A new online platform released by the Bruno Manser Fund reveals large-scale destruction of Sarawak’s rainforests, peatlands, and traditional lands.
Drawing from a variety of sources, the Sarawak Geoportal includes data on logging concessions, oil palm plantations, existing and proposed dams, historical forest cover, the extent of indigenous cultivated areas, election results, and area where there are current native customary rights (NCR) disputes. It also shows recent deforestation and areas that will be inundated by new dams.
The tool provides greater insight into the state of Sarawak’s forests, aiming to boost transparency around land use in a state that has become notorious for mismanagement and corruption. It could help counter misinformation promulgated by officials who have made increasingly outlandish claims about the state of its forests, including an assertion in 2011 by Chief Minister of Sarawak Pehin Sri Abdul Taib Mahmud that 70 percent of Sarawak’s rainforests are intact. The new platform suggests the actual number is closer to 11 percent.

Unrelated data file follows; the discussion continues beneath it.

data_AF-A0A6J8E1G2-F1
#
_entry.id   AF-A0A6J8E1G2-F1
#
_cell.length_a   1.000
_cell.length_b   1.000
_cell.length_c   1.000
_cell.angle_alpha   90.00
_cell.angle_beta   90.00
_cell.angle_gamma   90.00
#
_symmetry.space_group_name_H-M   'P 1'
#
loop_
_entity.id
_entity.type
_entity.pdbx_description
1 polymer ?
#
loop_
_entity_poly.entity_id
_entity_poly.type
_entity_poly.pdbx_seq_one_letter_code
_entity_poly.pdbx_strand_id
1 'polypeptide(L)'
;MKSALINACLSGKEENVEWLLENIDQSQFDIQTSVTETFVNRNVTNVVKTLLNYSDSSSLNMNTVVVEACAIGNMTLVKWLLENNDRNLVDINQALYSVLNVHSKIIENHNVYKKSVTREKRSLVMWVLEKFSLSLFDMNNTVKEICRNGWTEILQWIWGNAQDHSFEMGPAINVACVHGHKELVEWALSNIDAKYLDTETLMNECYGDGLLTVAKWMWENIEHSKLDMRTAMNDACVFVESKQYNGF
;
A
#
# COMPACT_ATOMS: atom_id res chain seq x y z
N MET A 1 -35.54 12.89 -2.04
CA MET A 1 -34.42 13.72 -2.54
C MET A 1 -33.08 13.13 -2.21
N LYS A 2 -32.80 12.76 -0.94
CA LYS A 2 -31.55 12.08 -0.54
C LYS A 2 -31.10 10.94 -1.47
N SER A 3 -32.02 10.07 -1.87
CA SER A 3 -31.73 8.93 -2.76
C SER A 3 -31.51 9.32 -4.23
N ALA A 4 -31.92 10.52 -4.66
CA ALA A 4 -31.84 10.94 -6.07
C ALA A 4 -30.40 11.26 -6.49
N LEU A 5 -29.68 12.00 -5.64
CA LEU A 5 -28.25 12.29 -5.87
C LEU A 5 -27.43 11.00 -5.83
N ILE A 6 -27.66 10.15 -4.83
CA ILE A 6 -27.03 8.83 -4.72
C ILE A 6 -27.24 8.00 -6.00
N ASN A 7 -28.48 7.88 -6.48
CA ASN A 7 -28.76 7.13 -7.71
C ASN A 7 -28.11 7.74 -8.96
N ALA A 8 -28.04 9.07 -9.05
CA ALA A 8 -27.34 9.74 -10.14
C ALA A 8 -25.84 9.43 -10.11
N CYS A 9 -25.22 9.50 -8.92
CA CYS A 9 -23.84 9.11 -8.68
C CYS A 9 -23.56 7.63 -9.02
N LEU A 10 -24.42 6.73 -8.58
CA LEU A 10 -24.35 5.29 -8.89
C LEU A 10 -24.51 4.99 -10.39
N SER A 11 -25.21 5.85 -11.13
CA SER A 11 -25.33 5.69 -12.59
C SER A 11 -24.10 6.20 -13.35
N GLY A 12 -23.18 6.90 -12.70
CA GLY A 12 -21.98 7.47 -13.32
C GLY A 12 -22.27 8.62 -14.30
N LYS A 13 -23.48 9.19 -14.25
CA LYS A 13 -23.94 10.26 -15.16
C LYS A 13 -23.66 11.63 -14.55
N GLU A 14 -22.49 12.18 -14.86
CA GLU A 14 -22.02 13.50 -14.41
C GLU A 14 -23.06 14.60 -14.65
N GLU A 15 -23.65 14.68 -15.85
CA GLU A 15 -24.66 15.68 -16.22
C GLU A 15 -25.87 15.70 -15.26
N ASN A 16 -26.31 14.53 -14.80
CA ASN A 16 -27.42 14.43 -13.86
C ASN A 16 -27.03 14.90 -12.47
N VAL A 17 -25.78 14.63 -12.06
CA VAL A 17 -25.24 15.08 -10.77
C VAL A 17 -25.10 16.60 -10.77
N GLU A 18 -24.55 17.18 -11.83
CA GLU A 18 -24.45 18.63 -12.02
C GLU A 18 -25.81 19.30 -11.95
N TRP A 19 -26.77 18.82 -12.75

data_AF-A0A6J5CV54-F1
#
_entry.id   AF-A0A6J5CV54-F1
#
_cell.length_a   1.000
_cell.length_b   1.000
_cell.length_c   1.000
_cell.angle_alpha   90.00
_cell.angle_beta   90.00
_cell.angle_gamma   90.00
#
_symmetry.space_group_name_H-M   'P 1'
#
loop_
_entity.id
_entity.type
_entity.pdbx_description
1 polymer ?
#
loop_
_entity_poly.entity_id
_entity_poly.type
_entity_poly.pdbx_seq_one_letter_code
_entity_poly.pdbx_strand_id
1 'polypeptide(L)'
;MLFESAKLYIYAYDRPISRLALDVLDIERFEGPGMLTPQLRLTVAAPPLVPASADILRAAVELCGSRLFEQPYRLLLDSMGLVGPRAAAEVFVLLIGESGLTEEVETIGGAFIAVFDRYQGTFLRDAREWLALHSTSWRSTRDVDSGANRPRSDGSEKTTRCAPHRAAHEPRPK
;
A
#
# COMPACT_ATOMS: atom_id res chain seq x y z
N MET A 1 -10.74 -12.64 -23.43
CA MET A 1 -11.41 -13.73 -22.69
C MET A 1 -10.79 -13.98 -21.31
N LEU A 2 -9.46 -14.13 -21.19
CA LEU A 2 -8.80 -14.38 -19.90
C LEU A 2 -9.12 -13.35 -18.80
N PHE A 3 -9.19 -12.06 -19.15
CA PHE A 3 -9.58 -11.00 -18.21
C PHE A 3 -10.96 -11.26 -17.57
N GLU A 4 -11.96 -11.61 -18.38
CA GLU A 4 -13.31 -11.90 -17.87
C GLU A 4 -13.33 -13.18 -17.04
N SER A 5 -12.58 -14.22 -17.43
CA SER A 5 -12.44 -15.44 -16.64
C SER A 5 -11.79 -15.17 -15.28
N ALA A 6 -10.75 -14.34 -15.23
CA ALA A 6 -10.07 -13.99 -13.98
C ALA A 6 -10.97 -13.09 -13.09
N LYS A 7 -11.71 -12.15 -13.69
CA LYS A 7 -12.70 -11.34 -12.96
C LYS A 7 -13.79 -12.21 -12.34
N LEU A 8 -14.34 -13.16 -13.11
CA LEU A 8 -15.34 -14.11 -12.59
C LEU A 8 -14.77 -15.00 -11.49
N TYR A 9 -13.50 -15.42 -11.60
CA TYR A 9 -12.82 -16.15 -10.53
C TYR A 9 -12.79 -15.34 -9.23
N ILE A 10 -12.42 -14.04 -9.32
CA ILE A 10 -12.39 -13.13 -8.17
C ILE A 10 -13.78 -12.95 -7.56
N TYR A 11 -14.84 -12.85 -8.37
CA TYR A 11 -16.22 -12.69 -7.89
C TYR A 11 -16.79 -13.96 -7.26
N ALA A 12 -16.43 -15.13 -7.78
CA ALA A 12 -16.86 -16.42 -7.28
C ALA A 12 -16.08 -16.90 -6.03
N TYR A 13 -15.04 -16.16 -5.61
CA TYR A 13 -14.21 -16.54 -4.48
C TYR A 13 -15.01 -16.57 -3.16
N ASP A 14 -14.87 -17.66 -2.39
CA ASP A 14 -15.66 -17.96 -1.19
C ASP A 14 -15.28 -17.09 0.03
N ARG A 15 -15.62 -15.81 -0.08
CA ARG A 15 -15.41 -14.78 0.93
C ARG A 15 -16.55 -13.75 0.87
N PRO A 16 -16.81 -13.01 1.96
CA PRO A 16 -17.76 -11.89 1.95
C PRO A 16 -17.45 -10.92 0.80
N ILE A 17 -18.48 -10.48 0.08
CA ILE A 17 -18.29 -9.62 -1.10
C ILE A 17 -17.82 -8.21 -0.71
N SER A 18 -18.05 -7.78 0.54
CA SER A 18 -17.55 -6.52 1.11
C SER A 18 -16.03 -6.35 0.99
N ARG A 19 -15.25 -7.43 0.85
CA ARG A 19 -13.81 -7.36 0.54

“All this information should have been made public by the Sarawak government long ago”, BMF director Lukas Straumann said. “The data have deliberately been shut away in order to facilitate the land grab by the political elite under outgoing Chief Minister Taib Mahmud. We expect that the next government will release all relevant land use data to the public. The importance of public access to environmental information has been recognized by the United Nations’ Aarhus Convention.”
The Sarawak Geoportal comes on the heels of the release of Global Forest Watch, a platform that provides monthly deforestation alerts for all the world’s forests. Global Forest Watch was developed over several years by the World Resources Institute, Google, and about 40 other partners.
Sarawak’s forests have been rapidly destroyed in recent years by industrialized logging operations and conversion to oil palm plantations. The government is now planning a massive scale-up in mining, hydroelectric dams, and timber plantations. Much of the expansion is expected to take place at the expense of lands used by traditional communities.